A Rocky Path Triggers Change
As an executive coach, I counsel individuals on their journey toward abundance. The foundation of physical health and happiness is movement—and lots of it. It’s the first step on the road to abundance. So, when feasible, I hold my meetings with clients walking outside in the sunshine. It was during one of these sessions that Mother Nature gifted me with this illuminating insight.
We were walking high on the cliffs overlooking the Pacific Ocean in Southern California. The path was craggy, with breathtaking views over sparkling seas. My client was walking more slowly than usual. I had slowed down a couple of times, anxious to be responsive to her comfort and needs. About halfway through the walk, she shared with me the reason for her labored gait: Her foot was aching; she felt pain with each step.
She hadn’t noticed this pain before, so we sat down while she removed her shoe. She was wearing light, flexible running shoes, the kind with those spongy corrugated soles that open up as you flex them. As we turned the shoe over, the source of her discomfort became immediately apparent. There was a large round hole right under the ball of her foot, where sharp rocks could easily apply direct pressure to her sensitive sole.
But it was the origin of the problem that truly fascinated me.
Several weeks earlier, she had noticed a little stone wedged into the corrugations of her shoe. At first, it was mildly uncomfortable, but she had not bothered to remove it. Instead, she chose to walk on with that slightly irritating clicking noise each time the stone hit the hard surface of the road. In due course, she forgot about it.
After several weeks, the stone had become an entrenched part of her shoe, accompanying her every time she exercised. She didn’t even notice the regular click-step, click-step, click-step cadence that likely annoyed her fellow walkers.
The day before our session, her elderly father had noticed the stone in her shoe. Before she set out to get her 10,000 steps, he had suggested that she remove it. She pried it out with a strong stick, leaving a gaping hole where the hard stone had crushed the surrounding material.
As we walked back to the base of the cliffs, I thought how ironic it was that life had served her up a physical analogy to help her navigate a big change.
It so happened that she had been contemplating some major changes in her life. I could see her courage growing each week, but she remained one big step away from taking the plunge. We’d been working to identify and address the fears that were stopping her.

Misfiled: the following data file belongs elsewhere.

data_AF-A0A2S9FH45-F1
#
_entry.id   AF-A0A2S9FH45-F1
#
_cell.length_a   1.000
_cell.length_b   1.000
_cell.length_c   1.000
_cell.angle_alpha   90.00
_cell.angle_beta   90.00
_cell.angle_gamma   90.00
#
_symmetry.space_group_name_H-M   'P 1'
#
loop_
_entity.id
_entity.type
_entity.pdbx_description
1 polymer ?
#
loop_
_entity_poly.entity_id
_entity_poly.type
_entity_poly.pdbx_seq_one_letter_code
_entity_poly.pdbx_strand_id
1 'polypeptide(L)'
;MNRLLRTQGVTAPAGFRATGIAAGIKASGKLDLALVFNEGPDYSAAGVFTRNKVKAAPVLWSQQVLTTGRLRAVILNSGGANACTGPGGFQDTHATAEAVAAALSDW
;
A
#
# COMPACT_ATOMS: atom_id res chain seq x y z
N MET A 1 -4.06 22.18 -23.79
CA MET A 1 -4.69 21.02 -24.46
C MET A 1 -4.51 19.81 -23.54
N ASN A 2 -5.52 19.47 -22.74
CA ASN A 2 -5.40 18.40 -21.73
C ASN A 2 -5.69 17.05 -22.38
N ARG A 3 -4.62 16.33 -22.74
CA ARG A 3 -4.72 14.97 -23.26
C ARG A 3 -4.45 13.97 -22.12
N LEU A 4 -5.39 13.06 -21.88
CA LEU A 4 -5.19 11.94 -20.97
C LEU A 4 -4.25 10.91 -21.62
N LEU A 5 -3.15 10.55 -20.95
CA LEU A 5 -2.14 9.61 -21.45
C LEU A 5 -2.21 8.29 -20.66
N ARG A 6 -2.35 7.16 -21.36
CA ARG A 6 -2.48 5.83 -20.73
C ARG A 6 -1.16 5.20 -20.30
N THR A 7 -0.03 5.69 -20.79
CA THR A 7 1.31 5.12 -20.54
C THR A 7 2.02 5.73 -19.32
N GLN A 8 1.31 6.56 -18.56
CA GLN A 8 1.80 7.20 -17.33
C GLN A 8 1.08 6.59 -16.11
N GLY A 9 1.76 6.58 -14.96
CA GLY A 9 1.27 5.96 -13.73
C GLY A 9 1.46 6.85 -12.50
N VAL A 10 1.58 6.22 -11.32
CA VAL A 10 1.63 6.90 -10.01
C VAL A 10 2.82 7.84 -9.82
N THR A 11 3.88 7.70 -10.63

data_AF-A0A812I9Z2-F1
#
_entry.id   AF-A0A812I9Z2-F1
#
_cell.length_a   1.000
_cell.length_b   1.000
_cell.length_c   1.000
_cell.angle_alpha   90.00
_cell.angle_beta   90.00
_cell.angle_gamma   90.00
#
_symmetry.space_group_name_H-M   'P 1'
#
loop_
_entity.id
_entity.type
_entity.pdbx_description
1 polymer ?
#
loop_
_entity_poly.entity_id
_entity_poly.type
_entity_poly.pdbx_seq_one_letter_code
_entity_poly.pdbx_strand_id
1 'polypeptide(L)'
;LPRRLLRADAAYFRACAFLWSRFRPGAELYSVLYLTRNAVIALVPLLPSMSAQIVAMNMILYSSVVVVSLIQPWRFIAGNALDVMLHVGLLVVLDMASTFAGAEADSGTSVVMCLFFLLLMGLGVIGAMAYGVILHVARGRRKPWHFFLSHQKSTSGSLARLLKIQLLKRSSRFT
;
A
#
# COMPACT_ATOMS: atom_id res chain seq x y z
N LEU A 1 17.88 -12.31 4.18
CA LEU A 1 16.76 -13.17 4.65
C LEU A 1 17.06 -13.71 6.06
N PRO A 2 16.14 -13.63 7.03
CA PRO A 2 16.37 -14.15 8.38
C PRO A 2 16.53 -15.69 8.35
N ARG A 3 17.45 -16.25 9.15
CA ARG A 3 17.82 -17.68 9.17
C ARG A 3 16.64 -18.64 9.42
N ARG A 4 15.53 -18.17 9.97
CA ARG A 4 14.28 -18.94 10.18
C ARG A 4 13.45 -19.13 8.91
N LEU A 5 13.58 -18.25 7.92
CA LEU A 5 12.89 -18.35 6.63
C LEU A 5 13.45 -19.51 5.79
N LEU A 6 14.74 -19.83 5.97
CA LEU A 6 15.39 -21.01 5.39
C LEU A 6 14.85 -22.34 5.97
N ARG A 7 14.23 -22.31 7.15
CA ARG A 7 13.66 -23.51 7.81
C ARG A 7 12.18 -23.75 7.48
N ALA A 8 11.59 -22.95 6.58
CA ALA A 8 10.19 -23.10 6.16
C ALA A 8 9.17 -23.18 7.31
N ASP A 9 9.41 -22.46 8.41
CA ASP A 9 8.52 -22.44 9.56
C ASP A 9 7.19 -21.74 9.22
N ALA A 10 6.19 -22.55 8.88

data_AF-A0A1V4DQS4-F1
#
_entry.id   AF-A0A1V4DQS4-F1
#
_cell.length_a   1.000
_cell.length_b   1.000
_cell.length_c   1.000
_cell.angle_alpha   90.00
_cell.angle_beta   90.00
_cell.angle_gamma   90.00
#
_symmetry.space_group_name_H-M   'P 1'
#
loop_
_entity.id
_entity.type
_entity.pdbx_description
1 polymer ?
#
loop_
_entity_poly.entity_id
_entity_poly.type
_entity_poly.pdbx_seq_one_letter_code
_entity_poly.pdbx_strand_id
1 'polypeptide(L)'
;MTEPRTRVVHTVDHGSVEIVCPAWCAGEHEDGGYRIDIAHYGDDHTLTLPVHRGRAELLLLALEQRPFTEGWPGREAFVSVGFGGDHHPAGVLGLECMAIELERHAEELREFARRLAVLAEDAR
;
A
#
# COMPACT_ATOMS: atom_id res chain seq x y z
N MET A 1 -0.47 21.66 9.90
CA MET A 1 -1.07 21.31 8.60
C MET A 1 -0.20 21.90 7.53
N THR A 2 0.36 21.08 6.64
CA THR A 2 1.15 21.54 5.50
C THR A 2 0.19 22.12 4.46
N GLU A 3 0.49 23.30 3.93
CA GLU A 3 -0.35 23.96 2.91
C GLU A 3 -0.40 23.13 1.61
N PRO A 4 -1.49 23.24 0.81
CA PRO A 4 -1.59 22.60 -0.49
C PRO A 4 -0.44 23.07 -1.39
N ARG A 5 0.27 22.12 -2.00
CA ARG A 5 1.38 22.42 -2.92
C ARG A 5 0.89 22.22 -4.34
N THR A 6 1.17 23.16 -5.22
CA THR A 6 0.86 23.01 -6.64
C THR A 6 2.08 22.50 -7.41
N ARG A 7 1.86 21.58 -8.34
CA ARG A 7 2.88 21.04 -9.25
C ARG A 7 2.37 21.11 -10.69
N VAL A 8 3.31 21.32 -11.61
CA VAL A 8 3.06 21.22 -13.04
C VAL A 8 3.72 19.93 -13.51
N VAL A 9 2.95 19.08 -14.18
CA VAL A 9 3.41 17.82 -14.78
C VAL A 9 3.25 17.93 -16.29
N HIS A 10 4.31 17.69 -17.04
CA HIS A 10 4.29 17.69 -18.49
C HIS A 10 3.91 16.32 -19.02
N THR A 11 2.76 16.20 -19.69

I’m sure that you recognize this pattern. At some point, you become aware of a problem. Let’s say you’re putting on weight or eating more than you should (or, more often, both). Perhaps you have started to rely on an evening drink or you’re yelling at your children in response to escalating stress from all that’s going on in the world. You note the problem, and then continue your life without really addressing it. The problem then disappears from your awareness, merging into the background of frenetic activity that characterizes our modern lives.
Until somebody else notices it.
At that stage, you’re in trouble, because not only do you feel the disruption, but you realize that the solution is likely to be painful. You have grown accustomed to the stone in your shoe. Removing it will leave a gaping hole. And so, most of the time, many of us will ignore the problem again, hoping that somehow it will magically disappear.
By that time, it is too late for the most obvious solution: to avoid the problem in the first place. In the case of my client, if she had reacted appropriately when she first noticed the problem, she could have removed the stone before her shoe was damaged.
Since that was no longer an option, what she needed was to quickly fill the gap she had created with something healthy. She went home and found a little of that magical foam plumbers use to fill cracks and crevices. It provided temporary relief for the damaged shoe.
This simple fix led her very quickly to understand the solution to her bigger problems.
She gathered the courage required to make the big change in her life that she had been avoiding. She quit her job and volunteered at the local homeless shelter while she looked for her next career opportunity. Rather than sitting around at home with a big hole in her life, leaving her vulnerable to the consequences of boredom and purposelessness, she filled the gap before it became a problem.
Today, several years later, she is a powerful leader of a multimillion-dollar company and guides her team to embrace change early, before gaps appear.
I hope that this simple story helps you think about a change that you need to make. Understand the source of your fear. Identify the hole you will create, and find a way to fill it before it becomes a problem. Then step out, embrace the change, and surge forward on your path to victory.
Dr. Roddy Carter, MD, has over 30 years of experience working across a range of medical disciplines and corporate settings.
At the height of his successful career, Roddy experienced a personal health and happiness awakening. During this profoundly transformative time, he began applying his deep knowledge of performance neuroscience to his everyday life. He discovered that, in moments of stress, the brain develops intricate psycho-protective adaptations to ensure our short-term survival; however, these adaptations often impose substantial residual limitations, create profound (and often hidden) distress, and prevent us from reaching our innate potential.
Today, Roddy is an executive coach and author dedicated to helping others unlock their full potential throughout their lives by applying compassionate neuroscience and sharing his unique approach to Personal Mastery™.